When Stalin’s exeat was over, he returned to Kureika for the rest of the long winter. The ice thawed on the Yenisei. In May 1915, the steamboats brought interesting companions upriver from Krasnoyarsk. Kamenev arrived in Monastyrskoe with the Duma deputies. Sverdlov and Spandarian were nearby. During July 1915, Stalin was summoned to a meeting at the house shared by Kamenev and Petrovsky in Monastyrskoe.
The Bolsheviks enjoyed an idyllic summer reunion. They even took group photographs.* But for the Bolsheviks even the picnics were political, involving denunciations and trials. Stalin and Spandarian supported Lenin and decided to put Kamenev on trial in Monastyrskoe.
Kamenev gave Stalin The Prince by Machiavelli, perhaps an unwise gift for someone who was already Machiavellian enough. At a boozy dinner, Kamenev asked everyone round the table to declare their greatest pleasure in life. Some cited women, others earnestly replied that it was the progress of dialectical materialism towards the workers’ paradise. Then Stalin answered: “My greatest pleasure is to choose one’s victim, prepare one’s plans minutely, slake an implacable vengeance, and then go to bed. There’s nothing sweeter in the world.”†
At Kamenev’s “trial,” Stalin had the casting vote. Slippery as ever and always building new alliances, he attacked Kamenev and then departed for Kureika before the final vote, thus saving the victim. Kamenev patronized the cruder Georgian, while Stalin found him congenial but disdained him as a man and politician: “I saw Gradov [Kamenev] and company in the summer,” he wrote to Zinoviev. “They all rather resemble wet hens. So these are our ‘hawks’ are they!”
Stalin returned to another long winter in Kureika. In early November, after the snows had descended, he got permission to see the doctor in Monastyrskoe. Arriving in full furs on a four - dog sleigh, he burst into Spandarian’s house and kissed his friend on the cheeks—and Vera twice on the lips.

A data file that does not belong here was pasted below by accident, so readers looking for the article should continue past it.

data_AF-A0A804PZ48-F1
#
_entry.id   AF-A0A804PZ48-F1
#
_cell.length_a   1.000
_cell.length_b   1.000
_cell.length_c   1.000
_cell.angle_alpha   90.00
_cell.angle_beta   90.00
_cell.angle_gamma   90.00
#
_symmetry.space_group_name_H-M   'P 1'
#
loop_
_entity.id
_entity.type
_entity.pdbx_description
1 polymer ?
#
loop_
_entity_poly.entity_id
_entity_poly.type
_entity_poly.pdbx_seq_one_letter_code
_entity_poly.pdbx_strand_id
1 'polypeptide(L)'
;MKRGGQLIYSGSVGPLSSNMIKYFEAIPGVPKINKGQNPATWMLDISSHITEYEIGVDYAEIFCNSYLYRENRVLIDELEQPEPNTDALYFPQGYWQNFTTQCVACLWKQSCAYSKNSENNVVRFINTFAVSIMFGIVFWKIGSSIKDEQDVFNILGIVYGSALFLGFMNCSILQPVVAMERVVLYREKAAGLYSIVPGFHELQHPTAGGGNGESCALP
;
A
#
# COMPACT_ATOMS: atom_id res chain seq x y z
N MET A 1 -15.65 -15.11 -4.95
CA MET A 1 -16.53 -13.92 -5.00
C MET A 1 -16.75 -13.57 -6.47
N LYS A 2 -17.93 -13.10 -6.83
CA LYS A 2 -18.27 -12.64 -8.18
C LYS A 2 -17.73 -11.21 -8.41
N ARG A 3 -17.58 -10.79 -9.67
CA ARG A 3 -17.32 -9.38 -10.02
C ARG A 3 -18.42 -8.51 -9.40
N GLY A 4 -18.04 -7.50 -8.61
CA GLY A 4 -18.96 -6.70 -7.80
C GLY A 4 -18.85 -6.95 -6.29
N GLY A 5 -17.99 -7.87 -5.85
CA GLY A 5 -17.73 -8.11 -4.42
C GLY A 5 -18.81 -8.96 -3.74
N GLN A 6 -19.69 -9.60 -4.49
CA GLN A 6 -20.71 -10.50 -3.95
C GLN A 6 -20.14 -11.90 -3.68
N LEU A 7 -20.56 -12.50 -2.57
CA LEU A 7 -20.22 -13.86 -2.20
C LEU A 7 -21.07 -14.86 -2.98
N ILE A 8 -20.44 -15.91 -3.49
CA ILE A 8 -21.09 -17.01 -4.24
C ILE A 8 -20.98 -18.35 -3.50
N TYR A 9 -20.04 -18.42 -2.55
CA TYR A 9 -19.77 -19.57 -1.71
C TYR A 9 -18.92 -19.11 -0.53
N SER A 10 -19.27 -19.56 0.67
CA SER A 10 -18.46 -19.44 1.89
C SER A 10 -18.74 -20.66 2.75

“Oh Koba!” she exclaimed, delighted to see him. “Oh Koba!”
Spandarian, consumptive and suffering from nervous tension, was “sometimes so frantic that a gnat bite would drive him to tear his clothes to shreds. Suren was depressed,” but “Stalin was very cheerful,” recalls a fellow exile, Boris Ivanov, “and his arrival always reinvigorated him.”
Stalin collected a letter from Zinoviev, to which he replied sarcastically:
I’ve finally got your letter. I thought you’d completely forgotten me, a slave of God, and yet it turned out you did not. . . And what can I do with a complete lack of serious books? . . . I have lots of questions and subjects in my mind but no source - materials. I’m dying to write but I have nothing to study . . . You ask about my finances. And why do you ask about that? You probably have some money—aren’t you thinking of sharing it with me? Go on then! I swear it’ll come just in time!
On arrival, Stalin helped embitter a local feud, the sort that he always relished, both as mean - spirited sport and political stimulant. The Bolshevik exiles in Monastyrskoe, led by Spandarian, had found themselves so short of sugar and furs that winter that they robbed the local Revelion trading shop of its precious goodies. When the police investigated, an exile named Petukhov sneaked on the thieves. Isolated and paranoid in their Siberian time warp, exiles took sides with either the robbers or the informer. Spandarian wanted to punish Petukhov and try him at another Party trial. Sverdlov backed Petukhov and wanted to try Spandarian for the robbery itself. But Sverdlov himself had become too close to the local police, giving officers German lessons. Spandarian and his allies accused Sverdlov of being a “morally tainted” Okhrana spy.
Sverdlov boycotted the Party trial at which Spandarian, Vera and five others voted to condemn Petukhov. Stalin, who had himself faced expulsion at similar sittings, grandly sat on the fence, abstaining from the vote for Petukhov’s expulsion, explaining that “they should expel both Petukhov and Sverdlov.” The row became so heated that some of Sverdlov’s group were beaten up.